There's been a lot of fanfare about iCloud, Apple's free online storage system.
It doesn't just allow you to back up your iPhone, iPad or iPod touch; iCloud keeps your vital data in sync between multiple devices, be they Macs, Windows PCs, iPhones, iPads or iPod touches.
Designed to ensure you've always got your important stuff with you, it works seamlessly with many of your Mac's built-in apps, including Mail, iCal and Safari. Even if you only have a single Mac, it's worth setting it up to use iCloud, so that you've got an online backup of your data.
We're going to show you how to set it up on your Mac. Then we'll show how to use Find My Mac, a key feature that enables you to pinpoint your Mac's location, should it go astray.
iCloud can keep a range of things in sync for you. These include your emails, notes, contacts, calendars, Safari bookmarks, documents and data from compatible apps, and your photo stream. You can decide which of these things you'd like to keep synchronised.
What it doesn't do is back up much of the contents of your Mac's hard drive: you'll still need to use your Time Machine or online backup system to take care of that.
iCloud is free, but you do need to be running OS X Lion to use it, so if you haven't already upgraded, now's a great time to do so. Get it from the Mac App Store, or order a USB drive with it on from www.apple.com/uk/store. And to use it on your iPhone, iPad or iPod touch, these devices will need to be on iOS 5: plug your device into your Mac, open iTunes, click it in the left column, then click Check for Update on the right.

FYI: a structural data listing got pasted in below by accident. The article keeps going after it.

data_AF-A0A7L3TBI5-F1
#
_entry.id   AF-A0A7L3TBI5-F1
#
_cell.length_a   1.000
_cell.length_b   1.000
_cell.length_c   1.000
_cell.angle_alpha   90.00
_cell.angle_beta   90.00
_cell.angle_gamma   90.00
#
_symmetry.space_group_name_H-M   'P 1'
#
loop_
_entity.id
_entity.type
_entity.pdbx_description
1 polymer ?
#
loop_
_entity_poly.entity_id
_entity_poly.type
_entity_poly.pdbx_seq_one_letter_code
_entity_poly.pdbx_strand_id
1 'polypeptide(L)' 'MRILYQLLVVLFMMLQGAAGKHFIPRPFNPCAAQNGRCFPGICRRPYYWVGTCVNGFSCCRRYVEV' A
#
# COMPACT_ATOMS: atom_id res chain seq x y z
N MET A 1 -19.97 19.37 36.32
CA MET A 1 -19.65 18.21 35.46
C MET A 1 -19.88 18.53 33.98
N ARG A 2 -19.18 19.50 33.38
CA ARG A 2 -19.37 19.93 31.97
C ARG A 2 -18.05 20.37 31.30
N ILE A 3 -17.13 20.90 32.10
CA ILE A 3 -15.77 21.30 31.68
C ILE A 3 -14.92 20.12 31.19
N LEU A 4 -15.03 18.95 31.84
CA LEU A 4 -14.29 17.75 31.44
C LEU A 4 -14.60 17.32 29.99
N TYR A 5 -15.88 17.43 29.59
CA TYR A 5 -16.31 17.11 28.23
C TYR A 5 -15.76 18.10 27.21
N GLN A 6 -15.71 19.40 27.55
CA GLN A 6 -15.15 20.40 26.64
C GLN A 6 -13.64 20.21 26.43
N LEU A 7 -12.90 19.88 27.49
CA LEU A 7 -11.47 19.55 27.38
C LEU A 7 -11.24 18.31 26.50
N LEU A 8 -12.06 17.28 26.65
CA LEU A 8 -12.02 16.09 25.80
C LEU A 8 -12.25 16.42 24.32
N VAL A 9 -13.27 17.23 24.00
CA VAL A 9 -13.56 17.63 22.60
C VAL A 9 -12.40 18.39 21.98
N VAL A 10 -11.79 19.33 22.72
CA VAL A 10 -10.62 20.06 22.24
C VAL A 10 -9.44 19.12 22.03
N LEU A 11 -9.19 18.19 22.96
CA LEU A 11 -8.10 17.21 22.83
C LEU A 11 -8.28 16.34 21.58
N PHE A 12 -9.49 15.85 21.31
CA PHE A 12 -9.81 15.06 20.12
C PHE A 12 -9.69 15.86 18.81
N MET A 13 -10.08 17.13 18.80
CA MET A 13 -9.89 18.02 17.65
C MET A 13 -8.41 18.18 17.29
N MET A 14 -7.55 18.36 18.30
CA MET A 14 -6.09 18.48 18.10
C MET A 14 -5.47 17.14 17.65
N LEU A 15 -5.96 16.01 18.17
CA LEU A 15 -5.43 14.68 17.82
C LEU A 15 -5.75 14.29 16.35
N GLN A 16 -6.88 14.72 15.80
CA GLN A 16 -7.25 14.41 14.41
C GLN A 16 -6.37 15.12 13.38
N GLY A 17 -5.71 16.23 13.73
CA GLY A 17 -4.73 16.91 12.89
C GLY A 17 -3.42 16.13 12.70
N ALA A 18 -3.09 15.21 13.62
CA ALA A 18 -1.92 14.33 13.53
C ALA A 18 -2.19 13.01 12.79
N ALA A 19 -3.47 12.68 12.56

You'll need an Apple ID to use iCloud (the same you use for iTunes or App Store downloads). If you don't have one, set one up in the iCloud System Preferences pane (step 2).
How to set up iCloud on your Mac
01. Check you're up to date
You need to be running the latest version of OS X Lion to take advantage of iCloud. Choose About This Mac from the Apple menu: if it says you're on version 10.7.2 or later, you're good to go. If it's 10.7.1 or 10.7, click Software Update… to get the newest version.
02. Enable iCloud
All your important iCloud settings are in Apple > System Preferences > iCloud. Type your Apple ID and password into the boxes and click Sign In. You can't fine-tune things at this stage: we suggest you tick both boxes, but you can always manually add or remove elements later.
03. Allow location use
If you're using Google Sync, this has to be switched off. If you're happy with this, click OK. You'll now need to authorise Find My Mac to access the location of the computer. Go ahead and click Allow, and you'll be taken to the main iCloud settings screen.
04. Fine-tune things
You can now turn sync services on and off. Tick or untick the boxes as you wish. You may see an exclamation symbol next to the Find My Mac entry: if so, click More…. In our case, we needed to enable Wake for network access in Energy Saver.
05. Buy more storage
You get 5GB of free iCloud storage. But as you add more things to it, you may find the capacity bar at the bottom filling up. To buy more storage, click Manage…, then Buy More Storage…. An additional 10GB costs £14 a year, 20GB is £28, while 50GB is £70 per annum.
How to find a lost Mac
01. Sign into iCloud.com
Provided you've set up Find My Mac as above and it's connected to the internet, you'll be able to pinpoint where it is in the world. On the iPhone, iPad or iPod touch, download the Find my iPhone app. On a Mac or PC, go to www.icloud.com and click Sign In.
02. See it on a map
Type in your Apple ID and password and press Return. Then click Find My iPhone: a map will load with your registered devices shown as pins. To see where a device is, click its name in the panel on the left. If it can't be located, you'll be shown when and where it was last sighted.
03. Remotely control it
If you're concerned your Mac has fallen into the wrong hands, or have simply misplaced it, click the 'i' next to its name on the map to see your options. You can make it play a sound, send a message to appear on its screen, or you can remotely lock or wipe it.
First published in MacFormat Issue 242
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